Over the weekend, heavy-equipment manufacturer Caterpillar announced that it will lay off a further 300 employees at its facility in Decatur, Illinois, in addition to the 460 job cuts it announced for that facility last month. The company also revealed that it would be closing a factory in Toronto, Ontario, resulting in a further 330 workers losing their jobs. This latest round of layoffs is part of Caterpillar’s campaign to use the slowdown of demand in China and the persistence of the economic crisis internationally as pretexts for an intensified assault on the social position of its workers.
Caterpillar spokeswoman Barbara Cox told the Decatur Herald & Review that layoffs will come on top of cost-cutting measures already introduced in order “to bring production in line with demand”: “While some cost-reduction measures such as temporary layoffs, shutdowns and shortened workweeks have already been implemented, further measures must be taken in the near-term.”
Decatur, situated in central Illinois, is one of the most economically depressed cities in the state. Due to continuing deindustrialization, it has seen its population decline by nearly 20 percent since 1980. Before the latest round of layoffs, Caterpillar’s plant in Decatur, which produces engine liners and engine blocks for the company’s mining equipment, was one of the largest employers in the area, with roughly 4,000 workers out of a total population of 76,122. Altogether, the 760 job cuts will reduce the workforce at the plant by nearly 20 percent.
The town also houses the corporate headquarters of agricultural giant Archer Daniels Midland, which for its part announced 335 layoffs in Decatur and 1,200 companywide in 2012. Decatur’s official unemployment rate at the end of last year already stood at 13.1 percent, almost double the national average.
Last week, Caterpillar also announced that it would be shutting down a tunnel-boring machine factory in Toronto by mid-2014, with a resulting 330 job losses. Caterpillar had acquired the plant from Lovat Inc. only in 2008. In a press release, Caterpillar executives declared that “the future prospects of this business no longer align with our expectations.”
Caterpillar is the largest construction and mining equipment manufacturer in the world and is immensely profitable, pulling in a record $5.68 billion in 2012. Nevertheless, the layoffs in Illinois and Canada are only the latest round of job cuts being pursued internationally by Caterpillar. At the beginning of 2012, Caterpillar locked out 425 workers in London, Ontario, at the Electro-Motive plant after they refused the company’s demands of a more-than-50-percent wage cut. After a month, Caterpillar announced it was shutting the plant entirely and shipping production to Indiana, where workers would be paid just $12.50 an hour (see “Caterpillar to close Ontario locomotive plant where workers resisted wage cuts”).
In March of this year, the company announced that it was laying off 1,400 workers at its plant in Gosselies, Belgium, and 200 more at its facilities in France (see “Mass layoffs at Caterpillar in Belgium”).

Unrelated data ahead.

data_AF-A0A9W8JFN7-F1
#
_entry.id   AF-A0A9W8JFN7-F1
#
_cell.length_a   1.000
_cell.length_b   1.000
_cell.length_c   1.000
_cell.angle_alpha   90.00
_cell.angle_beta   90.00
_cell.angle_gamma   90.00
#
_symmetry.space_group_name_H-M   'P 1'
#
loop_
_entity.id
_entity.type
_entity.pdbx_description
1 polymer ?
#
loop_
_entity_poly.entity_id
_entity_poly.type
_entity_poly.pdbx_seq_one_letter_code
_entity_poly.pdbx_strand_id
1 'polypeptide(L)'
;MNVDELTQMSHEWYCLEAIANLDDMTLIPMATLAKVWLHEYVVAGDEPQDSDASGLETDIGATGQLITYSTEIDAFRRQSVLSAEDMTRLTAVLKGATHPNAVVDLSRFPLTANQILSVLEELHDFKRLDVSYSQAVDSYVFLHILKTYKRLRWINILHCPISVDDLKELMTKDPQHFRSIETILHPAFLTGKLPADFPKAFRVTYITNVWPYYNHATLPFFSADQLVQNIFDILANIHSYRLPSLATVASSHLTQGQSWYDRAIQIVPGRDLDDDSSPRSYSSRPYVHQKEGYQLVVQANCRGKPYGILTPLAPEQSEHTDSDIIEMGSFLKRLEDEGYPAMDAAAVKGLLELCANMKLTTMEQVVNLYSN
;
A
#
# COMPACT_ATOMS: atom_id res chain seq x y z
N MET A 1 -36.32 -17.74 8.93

Caterpillar’s layoffs over the last few years have been bound up with an aggressive attack on workers’ wages and benefits. Last summer, in the midst of the announcements of record profits, the company demanded major concessions from machinists at a plant in Joliet, Illinois, leading to a bitter three-and-a-half-month strike. However, the workers’ struggle was isolated and sabotaged by the International Association of Machinists (IAM), in addition to other unions such as the United Auto Workers (UAW) and United Steelworkers (USW), which refused to mobilize their members throughout Caterpillar’s operations in defense of the Joliet workers. (See “Betrayal at Caterpillar”).
Despite the eventual passage of the concessions contract, Caterpillar has nevertheless announced recently that workers at the Joliet facility will also face cutbacks, telling the Beacon-News that, “The level of manpower at the Joliet facility does not align with the current predicted build schedule and demand for products from the facility.”
Moreover, the announcement of layoffs in Decatur and Toronto comes just days after 800 workers at Caterpillar’s Global Mining plant in South Milwaukee rejected a concessions contract proposal pushed by the company and the USW (see “South Milwaukee workers reject sellout contract”). The agreement, praised by USW subdistrict director Ross Winklbaur as “one of the better contracts we have seen with Caterpillar,” would have subjected workers to a six-year wage freeze, introduced mandatory overtime, and abolished retiree health care, among other painful concessions.
Five years after the onset of the capitalist economic crisis, high unemployment is being consciously maintained not just by Caterpillar, but by the entire bourgeoisie and its political representatives globally—above all the Obama administration—in order to blackmail workers and drive down labor costs. If Caterpillar has been successful thus far in its part of the campaign, it is due solely to the complicity of the trade unions, which, being wholly beholden to the Democratic Party, have isolated and strangled every attempt by workers to defend themselves against the attacks on their living standards.
The root of layoffs, wage cuts and concessions is not just one employer, Caterpillar, but rather an entire bankrupt economic and social system, capitalism. For any of their struggles to be successful, workers must launch a rebellion against the unions and break from the Democratic Party, organizing rank-and-file committees and adopting a revolutionary socialist perspective.